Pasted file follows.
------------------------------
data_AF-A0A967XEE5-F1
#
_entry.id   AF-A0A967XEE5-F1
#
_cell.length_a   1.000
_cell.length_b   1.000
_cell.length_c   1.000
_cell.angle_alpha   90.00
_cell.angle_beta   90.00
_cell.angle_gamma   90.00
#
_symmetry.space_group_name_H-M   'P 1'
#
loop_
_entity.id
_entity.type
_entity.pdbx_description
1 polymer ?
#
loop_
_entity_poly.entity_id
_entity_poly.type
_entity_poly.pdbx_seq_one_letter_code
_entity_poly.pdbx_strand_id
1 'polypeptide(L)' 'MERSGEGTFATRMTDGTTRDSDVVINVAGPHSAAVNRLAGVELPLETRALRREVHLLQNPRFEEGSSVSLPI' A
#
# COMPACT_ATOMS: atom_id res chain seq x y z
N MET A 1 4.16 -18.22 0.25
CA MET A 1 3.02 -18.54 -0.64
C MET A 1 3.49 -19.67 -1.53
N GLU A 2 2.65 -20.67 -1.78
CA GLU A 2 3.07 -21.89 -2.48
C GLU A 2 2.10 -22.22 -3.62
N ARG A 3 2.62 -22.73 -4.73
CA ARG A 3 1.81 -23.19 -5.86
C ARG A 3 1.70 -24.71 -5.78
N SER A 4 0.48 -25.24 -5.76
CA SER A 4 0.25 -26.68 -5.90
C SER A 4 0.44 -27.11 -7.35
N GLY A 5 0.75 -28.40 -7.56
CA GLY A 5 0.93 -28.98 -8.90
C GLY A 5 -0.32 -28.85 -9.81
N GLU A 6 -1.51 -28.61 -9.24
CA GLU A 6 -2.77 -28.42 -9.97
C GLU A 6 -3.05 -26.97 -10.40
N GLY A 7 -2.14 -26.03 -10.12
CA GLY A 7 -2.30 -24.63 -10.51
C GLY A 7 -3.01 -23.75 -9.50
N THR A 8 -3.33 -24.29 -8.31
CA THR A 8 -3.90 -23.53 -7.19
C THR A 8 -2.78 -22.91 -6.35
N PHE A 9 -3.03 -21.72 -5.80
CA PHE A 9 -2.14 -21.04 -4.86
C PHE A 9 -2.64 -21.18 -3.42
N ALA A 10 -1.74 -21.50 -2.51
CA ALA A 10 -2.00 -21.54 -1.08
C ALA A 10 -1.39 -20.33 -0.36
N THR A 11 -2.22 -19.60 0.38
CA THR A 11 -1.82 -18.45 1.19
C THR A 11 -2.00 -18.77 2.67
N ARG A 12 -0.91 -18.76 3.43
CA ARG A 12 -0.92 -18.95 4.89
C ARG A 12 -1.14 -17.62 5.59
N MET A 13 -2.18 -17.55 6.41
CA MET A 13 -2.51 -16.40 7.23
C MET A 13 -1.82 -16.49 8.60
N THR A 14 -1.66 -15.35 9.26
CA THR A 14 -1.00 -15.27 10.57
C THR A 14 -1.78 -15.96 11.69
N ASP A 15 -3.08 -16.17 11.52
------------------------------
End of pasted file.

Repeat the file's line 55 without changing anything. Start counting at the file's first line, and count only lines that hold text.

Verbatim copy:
N ALA A 10 -1.74 -21.50 -2.51